How to create the perfect Android App

David Banks
Authored by David Banks
Posted Wednesday, May 15, 2019 - 9:52am

The Google Play Store has over 2.6 million available apps as of December 2018 according to Statista. The reason so many developers decide to develop for Android is two-fold. Firstly, because of the freedom that the Android platform offers them with what they can potentially do and secondly, because of the resources available for developing applications. If building android apps was excessively easy, however, everyone would be doing it. Having an app idea is one thing, but realizing that idea into an app requires skill, dedication, and ambition. While there is no guaranteed way to develop a successful app, there are guidelines that can help in ensuring that the app you produce is the most appealing one that you can create.

Simple is Better than Complex

There is an entire field called UI/UX design that focuses on the aesthetics of a model for an app or a website. UX Planet notes that keeping an application's interface simple and intuitive is among the most important things an app developer can do to make the app approachable. The more complex the interface is, the less likely it is to draw in the user, regardless of how well-designed the back end is. Sadly, many app designers overlook the importance of the user experience and the user interface in their application designs. The result is usually clunky and requires explanations that bore the user and makes the interaction with the app more of a chore than a pleasure.

Build Usability into your App

The only way to determine how practical an application is to test it extensively. With the coming of 5G, that means testing on every platform using different download speeds. While not every app requires extensive stress testing since not all of them push the device limits, a basic level of testing is necessary to determine how usable the app is and what could be improved before entering the market. Quality Logic says that one of the primary reasons why apps languish in the app store with low daily active users is because the app hasn't gone through proper usability testing before going live. Most usability testing can be done by peers or other users of similar applications to gauge how well the app performs compared with others in its marketing sphere.

Create for your Audience

An app without an audience is like a singer without a voice - sure it still exists, but nobody is paying it any attention. Before even deciding to work on an app via an Android emulator. This can help to guide the choice of graphics, user interface, user technical ability and what features will make it into the app. The core demographic gives the developer a group of people to aim at and harnesses insights about those people's behaviors to create an app that is both useful and a joy to interact with. Having users coming back to the app over and over again is the goal, but that can't be fulfilled if you don't pay attention to the details and wants of the core demographic you're building for.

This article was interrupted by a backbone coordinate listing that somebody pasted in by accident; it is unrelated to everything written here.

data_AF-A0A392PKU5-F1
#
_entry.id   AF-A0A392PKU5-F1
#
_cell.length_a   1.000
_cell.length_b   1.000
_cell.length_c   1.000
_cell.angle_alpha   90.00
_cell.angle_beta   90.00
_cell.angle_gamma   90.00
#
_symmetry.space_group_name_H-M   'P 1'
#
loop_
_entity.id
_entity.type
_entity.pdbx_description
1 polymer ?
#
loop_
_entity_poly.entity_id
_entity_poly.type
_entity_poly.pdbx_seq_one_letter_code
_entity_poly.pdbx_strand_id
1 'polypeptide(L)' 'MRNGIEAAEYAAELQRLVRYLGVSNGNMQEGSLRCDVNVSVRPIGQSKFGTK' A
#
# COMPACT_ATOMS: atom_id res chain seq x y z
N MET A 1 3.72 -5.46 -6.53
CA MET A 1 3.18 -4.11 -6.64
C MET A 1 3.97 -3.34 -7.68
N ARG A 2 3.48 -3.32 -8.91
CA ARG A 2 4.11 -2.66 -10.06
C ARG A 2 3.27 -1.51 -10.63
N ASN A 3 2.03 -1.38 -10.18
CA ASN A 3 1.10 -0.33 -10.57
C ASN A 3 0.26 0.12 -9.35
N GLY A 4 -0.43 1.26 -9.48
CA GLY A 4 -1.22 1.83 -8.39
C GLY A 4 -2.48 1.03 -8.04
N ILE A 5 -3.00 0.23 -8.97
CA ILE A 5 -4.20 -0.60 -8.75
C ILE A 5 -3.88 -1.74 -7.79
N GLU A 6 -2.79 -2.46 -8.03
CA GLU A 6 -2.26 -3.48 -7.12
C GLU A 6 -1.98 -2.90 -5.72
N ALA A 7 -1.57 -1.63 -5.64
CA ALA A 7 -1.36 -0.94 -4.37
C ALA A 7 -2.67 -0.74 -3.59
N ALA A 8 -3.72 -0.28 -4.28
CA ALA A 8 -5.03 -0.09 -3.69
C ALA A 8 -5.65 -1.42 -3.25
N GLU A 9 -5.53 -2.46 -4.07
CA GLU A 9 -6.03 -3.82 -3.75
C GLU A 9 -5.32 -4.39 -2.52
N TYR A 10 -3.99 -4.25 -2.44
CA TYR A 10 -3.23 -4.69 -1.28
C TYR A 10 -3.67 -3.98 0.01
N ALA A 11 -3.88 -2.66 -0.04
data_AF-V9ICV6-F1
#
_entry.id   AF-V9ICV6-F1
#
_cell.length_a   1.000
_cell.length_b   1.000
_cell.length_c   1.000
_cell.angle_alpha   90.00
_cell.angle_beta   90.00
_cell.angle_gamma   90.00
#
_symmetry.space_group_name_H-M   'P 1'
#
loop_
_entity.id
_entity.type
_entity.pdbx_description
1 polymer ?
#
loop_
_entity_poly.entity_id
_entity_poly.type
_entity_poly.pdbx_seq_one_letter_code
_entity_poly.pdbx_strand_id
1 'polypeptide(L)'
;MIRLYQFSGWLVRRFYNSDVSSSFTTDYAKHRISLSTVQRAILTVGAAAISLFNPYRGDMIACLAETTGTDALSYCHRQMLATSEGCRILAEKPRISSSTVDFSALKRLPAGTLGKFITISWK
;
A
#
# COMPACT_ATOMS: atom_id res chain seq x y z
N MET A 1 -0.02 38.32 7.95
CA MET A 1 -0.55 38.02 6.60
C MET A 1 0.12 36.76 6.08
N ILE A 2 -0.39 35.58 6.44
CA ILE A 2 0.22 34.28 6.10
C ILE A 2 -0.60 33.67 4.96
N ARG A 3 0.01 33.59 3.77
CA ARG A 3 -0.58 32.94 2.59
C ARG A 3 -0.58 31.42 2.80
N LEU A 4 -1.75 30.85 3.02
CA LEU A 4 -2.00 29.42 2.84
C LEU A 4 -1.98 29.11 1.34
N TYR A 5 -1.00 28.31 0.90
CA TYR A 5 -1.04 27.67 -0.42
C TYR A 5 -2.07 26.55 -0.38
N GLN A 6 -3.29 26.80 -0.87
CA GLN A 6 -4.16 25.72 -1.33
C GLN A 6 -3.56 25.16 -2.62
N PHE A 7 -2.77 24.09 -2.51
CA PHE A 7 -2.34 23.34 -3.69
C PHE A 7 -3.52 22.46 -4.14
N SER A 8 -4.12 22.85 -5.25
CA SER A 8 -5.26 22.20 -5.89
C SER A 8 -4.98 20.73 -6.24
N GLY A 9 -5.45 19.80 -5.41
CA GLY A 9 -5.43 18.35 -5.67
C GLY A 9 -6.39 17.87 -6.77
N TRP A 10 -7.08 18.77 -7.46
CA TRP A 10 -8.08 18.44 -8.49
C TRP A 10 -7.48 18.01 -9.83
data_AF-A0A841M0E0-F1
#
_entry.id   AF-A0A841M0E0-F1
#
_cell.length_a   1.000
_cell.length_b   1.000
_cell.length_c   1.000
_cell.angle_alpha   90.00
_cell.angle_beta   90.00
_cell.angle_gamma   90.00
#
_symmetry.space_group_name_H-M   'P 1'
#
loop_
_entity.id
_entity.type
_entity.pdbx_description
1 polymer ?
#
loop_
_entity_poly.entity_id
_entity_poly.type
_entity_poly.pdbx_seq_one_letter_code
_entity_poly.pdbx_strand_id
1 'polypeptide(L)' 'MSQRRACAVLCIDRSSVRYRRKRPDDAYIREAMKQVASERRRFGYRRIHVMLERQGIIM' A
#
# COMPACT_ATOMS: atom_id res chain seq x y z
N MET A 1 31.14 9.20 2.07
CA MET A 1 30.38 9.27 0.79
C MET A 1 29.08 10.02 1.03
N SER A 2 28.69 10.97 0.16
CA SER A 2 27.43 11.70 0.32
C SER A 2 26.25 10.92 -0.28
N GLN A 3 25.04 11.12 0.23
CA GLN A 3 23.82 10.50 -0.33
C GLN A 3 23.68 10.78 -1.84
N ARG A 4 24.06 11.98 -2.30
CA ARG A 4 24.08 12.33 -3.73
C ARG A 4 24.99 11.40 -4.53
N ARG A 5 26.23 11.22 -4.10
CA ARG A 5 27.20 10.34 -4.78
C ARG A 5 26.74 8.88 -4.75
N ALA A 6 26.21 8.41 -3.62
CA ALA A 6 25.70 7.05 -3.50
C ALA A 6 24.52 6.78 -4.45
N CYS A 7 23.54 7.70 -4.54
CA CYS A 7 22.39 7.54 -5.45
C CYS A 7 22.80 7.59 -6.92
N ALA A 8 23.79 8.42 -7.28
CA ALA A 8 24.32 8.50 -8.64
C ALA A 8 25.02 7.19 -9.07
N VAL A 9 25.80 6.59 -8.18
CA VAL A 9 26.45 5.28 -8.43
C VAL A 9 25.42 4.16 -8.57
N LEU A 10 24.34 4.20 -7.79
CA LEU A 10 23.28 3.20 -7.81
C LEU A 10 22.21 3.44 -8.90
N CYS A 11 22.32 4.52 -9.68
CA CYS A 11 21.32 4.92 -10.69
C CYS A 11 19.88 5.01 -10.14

Use Design Elements

While you might be encouraged to design an entirely new interface for your altogether new app, it's safer to go with what already works. As Google states on their guidelines for android app development, users expect their Android application to behave in a certain way. Changing how they operate may endear you to some users for your innovation but will alienate the majority of them. As Psychology Today mentions, people love familiar things, and it leads to their enjoyment. It's this same principle that makes it difficult for a user that grew up using a Mac to enjoy using a Windows machine and vice versa. Keeping the design standard is a sure way to interest the majority of users in your product.

No Sure Way

Just like there is no magic formula for a viral video, there's no guaranteed guidelines for success in app development. Every app you produce is going to be a shot in the dark and maybe it'll hit the target. The best way to increase the odds of success is to control the things you can. Build along guidelines, focus on the core user experience and keep things simple at the start. Complex advances can come later when you decide to upgrade the app to a new version. At the outset, let's make sure the app works to do what it says it does and is simple enough so that the user can operate it without having an advanced technical degree.


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